“Nothing can be valued above human life” – Medvedev
President Medvedev believes the dark pages of the nation’s history and its moments of glory should be remembered alike.
Medvedev made the statement in a new entry to his videoblog on the Day of Remembrance for Victims of Political Repression
Read the full transcript below.
"Today is the Day of Remembrance of Victims of Political Repression. It has been eighteen years since this became a memorable date in our calendar.
I am sure that the memory of national tragedies is just as sacred as the memory of victories. It is extremely important that young people possess not only historical knowledge, but also civic pride. They should be capable of empathising with one of the greatest tragedies in the history of Russia. And all is not simple in this respect.
Two years ago, a poll indicated 90 percent of young Russian citizens aged 18 to 24 could not even remember the names of famous people who had suffered or died from repressions. This is very alarming.
It is impossible to grasp the sheer scale of terror that swept across the country, peaking in 1937 and 1938. "The Volga of people's grief" was Alexander Solzhenitsyn's term for the endless flow of repression victims at that time. Over the 20 pre-war years, whole sectors and classes of our nation were exterminated. Cossacks were practically liquidated. The peasantry was dispossessed and depleted. Political repressions swept across intelligentsia, workers, and the military. Followers of all religious confessions were prosecuted.
October the 30th is the Day of remembrance for millions of ruined lives. For people executed without trial or record; for people exiled and sent to concentration camps, deprived of civil rights for having the "wrong" occupation or the infamous "social origins". The label of "enemies of the nation" and their "abettors" was applied to entire families.
Let's just think about it: millions of people died because of terror and false accusation. They were deprived of all rights, even the right for humane burial. For many years, their names were simply crossed out of history.
Yet even now we can hear voices saying that those numerous deaths were justified by some supreme goals of the state. I am convinced that no development of a country, no success or ambitions can be achieved through human grief and losses.
Nothing can be valued above human life, and there is no excuse for repressions.
We pay a lot of attention to fighting falsifications in our history. For some reason, however, we often tend to think that countering the attempts to revise the results of the Great Patriotic War is the only matter in question.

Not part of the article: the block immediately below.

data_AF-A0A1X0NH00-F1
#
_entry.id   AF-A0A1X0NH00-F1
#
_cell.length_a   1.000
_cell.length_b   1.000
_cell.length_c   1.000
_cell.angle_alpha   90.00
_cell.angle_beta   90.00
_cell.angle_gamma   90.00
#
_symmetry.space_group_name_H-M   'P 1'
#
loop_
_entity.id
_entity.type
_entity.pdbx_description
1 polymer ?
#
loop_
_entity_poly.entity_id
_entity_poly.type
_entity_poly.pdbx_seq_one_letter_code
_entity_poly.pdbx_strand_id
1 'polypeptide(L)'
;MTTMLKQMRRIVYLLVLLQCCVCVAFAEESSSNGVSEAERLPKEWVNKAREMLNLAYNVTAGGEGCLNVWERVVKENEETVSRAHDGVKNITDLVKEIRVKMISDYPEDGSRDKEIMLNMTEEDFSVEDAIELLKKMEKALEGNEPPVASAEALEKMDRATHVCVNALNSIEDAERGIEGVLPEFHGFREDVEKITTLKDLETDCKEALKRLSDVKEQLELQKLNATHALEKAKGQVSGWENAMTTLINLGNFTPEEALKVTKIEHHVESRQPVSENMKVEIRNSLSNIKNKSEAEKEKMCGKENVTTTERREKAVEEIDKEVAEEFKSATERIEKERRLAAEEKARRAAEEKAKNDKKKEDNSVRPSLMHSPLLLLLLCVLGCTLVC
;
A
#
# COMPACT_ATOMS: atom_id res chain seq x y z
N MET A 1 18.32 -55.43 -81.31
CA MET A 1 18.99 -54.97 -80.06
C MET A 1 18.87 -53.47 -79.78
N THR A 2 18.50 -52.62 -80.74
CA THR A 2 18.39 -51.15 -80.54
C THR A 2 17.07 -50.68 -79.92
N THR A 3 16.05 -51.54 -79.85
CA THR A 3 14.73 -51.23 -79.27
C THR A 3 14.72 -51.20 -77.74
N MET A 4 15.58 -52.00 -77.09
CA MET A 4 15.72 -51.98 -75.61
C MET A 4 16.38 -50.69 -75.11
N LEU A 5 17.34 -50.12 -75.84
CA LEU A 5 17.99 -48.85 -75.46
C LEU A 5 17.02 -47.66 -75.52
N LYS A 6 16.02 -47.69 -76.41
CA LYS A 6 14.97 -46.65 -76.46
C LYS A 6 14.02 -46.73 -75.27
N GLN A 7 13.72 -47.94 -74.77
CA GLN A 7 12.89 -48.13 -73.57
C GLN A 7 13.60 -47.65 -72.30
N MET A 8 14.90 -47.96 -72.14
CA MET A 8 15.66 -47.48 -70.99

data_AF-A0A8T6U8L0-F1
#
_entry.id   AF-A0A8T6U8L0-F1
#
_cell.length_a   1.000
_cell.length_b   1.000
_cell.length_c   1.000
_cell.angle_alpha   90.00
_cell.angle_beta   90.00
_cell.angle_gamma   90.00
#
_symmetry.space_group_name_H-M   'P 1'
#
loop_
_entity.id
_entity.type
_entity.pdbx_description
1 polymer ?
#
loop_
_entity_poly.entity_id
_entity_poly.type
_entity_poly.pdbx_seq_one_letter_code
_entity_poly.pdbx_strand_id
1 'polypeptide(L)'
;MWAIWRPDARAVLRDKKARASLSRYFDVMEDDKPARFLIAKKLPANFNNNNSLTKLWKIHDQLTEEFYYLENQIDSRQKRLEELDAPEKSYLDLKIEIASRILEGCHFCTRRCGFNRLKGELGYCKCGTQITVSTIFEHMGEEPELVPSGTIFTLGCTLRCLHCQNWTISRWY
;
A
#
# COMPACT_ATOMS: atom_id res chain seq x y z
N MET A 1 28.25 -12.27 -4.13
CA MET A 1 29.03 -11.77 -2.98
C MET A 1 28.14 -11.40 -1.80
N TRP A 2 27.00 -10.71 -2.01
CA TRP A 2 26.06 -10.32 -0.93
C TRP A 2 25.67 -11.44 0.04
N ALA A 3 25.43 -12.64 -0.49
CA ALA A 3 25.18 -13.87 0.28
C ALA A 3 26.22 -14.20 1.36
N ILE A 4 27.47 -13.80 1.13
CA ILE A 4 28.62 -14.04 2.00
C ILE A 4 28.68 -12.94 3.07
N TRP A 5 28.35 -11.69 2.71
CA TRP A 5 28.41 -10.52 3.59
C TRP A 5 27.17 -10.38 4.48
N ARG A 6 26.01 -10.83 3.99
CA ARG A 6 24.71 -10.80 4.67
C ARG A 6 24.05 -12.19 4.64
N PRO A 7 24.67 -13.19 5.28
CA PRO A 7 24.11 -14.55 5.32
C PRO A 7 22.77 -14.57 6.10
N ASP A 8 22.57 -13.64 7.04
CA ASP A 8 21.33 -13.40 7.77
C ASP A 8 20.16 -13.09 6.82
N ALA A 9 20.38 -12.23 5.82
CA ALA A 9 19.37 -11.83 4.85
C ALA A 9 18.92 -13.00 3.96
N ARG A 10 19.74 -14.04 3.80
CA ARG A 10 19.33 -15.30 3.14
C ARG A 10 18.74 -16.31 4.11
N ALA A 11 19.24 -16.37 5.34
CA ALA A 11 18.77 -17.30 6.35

It is just as important to prevent the justification, under the pretext of putting historical records straight, of those who killed their own people.
It is also the truth that Stalin's atrocities cannot detract from the feats of the people who won the Great Patriotic War, made our country a mighty industrial power, and raised our industry, science, and culture to world levels.
Accepting our past the way it is – this is mature citizenship. It is just as important to study our past, overcoming indifference and desire to forget its tragic aspects. Nobody but us can do it.
One year ago, in September, I was in Magadan and I was deeply impressed by Ernst Neizvestny's Mask of Grief memorial. It was built not only by state budget funds, but donations as well.
We need museums and memorial centres that will pass the memory of what our nation has been through from generation to generation. No doubt, efforts should be carried on to find mass burials, identify the remains and rehabilitate the victims.
I know that this matter also worries my blog viewers as well. Outside the complex and essentially contradictory history of our state, it is often impossible to understand the roots of many problems that Russia is facing today.
I would like to say it once again, though: no one but ourselves can solve our problems. No one will teach children to respect law, human rights, the value of human life, and the moral norms that stem from our national traditions and our religion.
Nobody but us can preserve historical memory and pass it on to new generations."